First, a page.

let $\psi(x)$ be the second Chebyshev Function. By the definition of this summatory function, and the fundamental theorem of arithmetic, we have the identity: $$\log(\left \lfloor x \right \rfloor!)=\sum_{n=1}^{\infty}\psi\left(\frac{x}{n}\right)$$

Is there a way to utilize the well-known explicit formula :

$$\psi(x)=x-\sum_{\rho}\frac{x^{\rho}}{\rho}-\log(2\pi)-\frac{1}{2}\log\left(1-x^{-2}\right)\;\;\;\;\;\zeta(\rho)=0\;(0<\Re(\rho)<1)$$ to express $\log(\left \lfloor x \right \rfloor!)$ in terms of zeta-zeros ($\rho$)!?

please notice that $\psi\left(\frac{x}{n}\right)=0$ for $n>\frac{x}{2}$. Thus, the summation might be truncated at $\left \lfloor \frac{x}{2} \right \rfloor$ .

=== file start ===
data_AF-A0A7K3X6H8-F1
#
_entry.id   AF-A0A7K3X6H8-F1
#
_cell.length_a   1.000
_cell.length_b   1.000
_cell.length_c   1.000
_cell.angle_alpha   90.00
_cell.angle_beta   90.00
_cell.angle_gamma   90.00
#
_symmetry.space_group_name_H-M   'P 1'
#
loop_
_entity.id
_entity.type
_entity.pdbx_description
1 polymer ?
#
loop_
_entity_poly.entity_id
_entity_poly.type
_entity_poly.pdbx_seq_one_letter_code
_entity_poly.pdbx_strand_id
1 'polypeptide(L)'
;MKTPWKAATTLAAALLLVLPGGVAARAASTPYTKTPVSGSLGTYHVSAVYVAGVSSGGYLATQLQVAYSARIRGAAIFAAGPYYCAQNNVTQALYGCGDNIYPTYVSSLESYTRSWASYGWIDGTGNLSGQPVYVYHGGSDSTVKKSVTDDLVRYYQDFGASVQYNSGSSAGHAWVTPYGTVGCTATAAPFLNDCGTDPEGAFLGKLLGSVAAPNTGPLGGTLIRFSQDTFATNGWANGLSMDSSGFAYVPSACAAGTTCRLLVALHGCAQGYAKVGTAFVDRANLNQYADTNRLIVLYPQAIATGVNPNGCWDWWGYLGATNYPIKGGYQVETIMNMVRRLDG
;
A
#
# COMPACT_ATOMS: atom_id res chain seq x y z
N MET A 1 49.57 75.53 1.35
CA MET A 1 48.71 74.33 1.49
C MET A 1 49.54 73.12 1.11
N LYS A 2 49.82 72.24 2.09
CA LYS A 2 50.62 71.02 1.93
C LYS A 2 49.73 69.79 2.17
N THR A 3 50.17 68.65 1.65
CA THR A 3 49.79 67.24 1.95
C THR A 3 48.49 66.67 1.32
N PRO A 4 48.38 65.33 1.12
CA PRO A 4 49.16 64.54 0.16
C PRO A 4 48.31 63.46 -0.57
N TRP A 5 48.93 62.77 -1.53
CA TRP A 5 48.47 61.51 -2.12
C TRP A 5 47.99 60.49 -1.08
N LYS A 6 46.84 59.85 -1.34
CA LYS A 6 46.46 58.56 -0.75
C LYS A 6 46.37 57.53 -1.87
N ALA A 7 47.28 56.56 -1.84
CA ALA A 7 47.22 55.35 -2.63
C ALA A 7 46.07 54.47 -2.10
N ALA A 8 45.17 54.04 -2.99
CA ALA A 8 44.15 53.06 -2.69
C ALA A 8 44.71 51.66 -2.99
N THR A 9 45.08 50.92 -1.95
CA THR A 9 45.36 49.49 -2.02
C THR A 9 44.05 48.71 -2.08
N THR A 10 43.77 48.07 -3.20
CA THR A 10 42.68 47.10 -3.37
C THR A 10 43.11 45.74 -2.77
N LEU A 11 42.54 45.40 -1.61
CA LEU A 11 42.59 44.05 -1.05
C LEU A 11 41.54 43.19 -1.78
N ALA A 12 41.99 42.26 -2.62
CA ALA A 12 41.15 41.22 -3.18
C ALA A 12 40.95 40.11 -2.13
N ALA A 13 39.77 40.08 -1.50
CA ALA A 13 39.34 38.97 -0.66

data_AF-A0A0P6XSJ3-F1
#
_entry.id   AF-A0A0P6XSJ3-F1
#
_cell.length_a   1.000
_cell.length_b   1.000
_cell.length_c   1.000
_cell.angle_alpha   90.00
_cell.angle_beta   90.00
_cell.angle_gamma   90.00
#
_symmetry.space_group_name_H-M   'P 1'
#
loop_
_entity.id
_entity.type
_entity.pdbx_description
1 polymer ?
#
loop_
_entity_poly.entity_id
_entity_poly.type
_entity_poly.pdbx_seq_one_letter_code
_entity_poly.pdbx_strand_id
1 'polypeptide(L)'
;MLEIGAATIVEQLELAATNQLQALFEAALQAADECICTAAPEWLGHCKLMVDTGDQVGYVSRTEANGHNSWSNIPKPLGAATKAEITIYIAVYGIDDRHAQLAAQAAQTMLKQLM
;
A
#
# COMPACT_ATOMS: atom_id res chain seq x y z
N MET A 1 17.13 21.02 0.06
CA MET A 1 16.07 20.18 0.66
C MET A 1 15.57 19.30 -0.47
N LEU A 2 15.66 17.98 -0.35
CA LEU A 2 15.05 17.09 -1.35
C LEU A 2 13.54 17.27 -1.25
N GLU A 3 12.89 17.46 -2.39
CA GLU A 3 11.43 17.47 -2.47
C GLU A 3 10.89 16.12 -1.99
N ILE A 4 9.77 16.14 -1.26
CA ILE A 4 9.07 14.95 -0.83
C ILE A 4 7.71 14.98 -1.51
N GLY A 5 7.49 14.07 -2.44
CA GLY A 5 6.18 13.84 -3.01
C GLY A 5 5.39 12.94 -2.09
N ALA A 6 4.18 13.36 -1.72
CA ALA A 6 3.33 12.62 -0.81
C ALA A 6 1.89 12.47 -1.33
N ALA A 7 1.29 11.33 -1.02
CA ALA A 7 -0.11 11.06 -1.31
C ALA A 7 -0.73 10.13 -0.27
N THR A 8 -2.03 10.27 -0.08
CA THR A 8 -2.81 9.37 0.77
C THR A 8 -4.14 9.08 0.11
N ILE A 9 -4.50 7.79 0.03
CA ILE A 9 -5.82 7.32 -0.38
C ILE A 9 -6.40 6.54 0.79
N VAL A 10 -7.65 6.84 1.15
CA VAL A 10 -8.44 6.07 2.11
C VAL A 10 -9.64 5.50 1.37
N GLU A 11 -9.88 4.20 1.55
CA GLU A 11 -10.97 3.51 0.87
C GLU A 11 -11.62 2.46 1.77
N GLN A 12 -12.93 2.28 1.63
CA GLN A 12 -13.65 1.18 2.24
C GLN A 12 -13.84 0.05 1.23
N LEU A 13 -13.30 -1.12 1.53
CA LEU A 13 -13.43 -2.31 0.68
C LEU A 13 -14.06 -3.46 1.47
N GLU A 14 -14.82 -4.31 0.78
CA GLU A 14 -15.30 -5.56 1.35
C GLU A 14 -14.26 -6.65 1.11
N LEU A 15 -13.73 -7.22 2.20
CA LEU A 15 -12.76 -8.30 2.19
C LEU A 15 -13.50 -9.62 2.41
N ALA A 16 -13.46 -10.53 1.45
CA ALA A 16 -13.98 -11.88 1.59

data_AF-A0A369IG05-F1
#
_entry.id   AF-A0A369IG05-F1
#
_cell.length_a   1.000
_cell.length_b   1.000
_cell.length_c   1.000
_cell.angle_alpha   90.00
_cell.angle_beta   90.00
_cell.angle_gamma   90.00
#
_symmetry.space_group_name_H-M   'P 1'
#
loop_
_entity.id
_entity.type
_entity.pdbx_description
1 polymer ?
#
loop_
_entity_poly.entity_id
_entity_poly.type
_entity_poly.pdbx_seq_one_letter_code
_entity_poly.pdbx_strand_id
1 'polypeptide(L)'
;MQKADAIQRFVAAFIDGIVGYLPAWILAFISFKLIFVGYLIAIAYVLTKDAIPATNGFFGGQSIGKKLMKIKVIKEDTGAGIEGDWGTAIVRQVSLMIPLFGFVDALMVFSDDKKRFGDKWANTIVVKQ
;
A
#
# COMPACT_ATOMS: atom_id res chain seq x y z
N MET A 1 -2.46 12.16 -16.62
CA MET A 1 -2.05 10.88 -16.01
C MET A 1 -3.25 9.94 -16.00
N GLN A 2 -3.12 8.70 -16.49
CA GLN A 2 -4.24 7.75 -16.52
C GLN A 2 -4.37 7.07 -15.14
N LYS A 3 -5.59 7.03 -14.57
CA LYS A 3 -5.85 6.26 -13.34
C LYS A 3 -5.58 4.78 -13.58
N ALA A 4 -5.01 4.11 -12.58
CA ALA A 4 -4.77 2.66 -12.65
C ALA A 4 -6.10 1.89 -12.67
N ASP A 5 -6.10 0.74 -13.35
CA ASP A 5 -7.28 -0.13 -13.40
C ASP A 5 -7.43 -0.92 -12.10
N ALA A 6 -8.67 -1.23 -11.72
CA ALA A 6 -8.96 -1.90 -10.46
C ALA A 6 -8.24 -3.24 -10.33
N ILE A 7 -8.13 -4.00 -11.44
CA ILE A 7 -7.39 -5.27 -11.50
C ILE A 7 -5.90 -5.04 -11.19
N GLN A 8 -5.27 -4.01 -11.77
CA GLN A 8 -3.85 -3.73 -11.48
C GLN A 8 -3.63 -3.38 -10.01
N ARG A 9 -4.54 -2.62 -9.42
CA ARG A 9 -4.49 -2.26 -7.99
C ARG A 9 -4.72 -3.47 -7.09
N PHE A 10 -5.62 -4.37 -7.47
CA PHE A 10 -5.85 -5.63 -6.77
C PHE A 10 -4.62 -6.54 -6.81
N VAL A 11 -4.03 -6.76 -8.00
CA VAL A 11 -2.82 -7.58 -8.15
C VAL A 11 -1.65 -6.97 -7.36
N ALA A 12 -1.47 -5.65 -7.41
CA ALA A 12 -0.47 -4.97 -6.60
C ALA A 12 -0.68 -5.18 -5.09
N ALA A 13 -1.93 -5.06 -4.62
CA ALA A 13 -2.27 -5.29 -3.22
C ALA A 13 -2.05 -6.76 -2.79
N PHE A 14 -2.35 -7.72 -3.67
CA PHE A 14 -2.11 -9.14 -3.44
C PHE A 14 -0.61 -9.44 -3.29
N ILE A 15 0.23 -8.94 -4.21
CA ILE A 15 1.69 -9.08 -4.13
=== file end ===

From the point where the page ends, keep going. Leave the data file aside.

• 2
    $\begingroup$ Apart from substituting your second formula into the first, you mean? I suspect this isn't a route to understanding much, because in a naive expansion the four terms of the explicit formula for $\psi$ would give you four divergent series in the expression for $\log (\lfloor x \rfloor ! )$; and the role of the zeta-zeros is pretty well obscured by the need to balance all the series to reach a finite sum. A further problem is that $(1 - (x/n)^{-2})$ is negative when $n$ is large, for any real $x$, so you will meet issues over the complex logarithm. $\endgroup$ – HTFB Nov 27 '13 at 10:58
  • $\begingroup$ I agree with HTFB. At the very least you should manually truncate the sum at $n=(\log x)/\log 2$. The resulting formula will be valid but, I suspect, unenlightening. $\endgroup$ – Greg Martin Nov 27 '13 at 17:17

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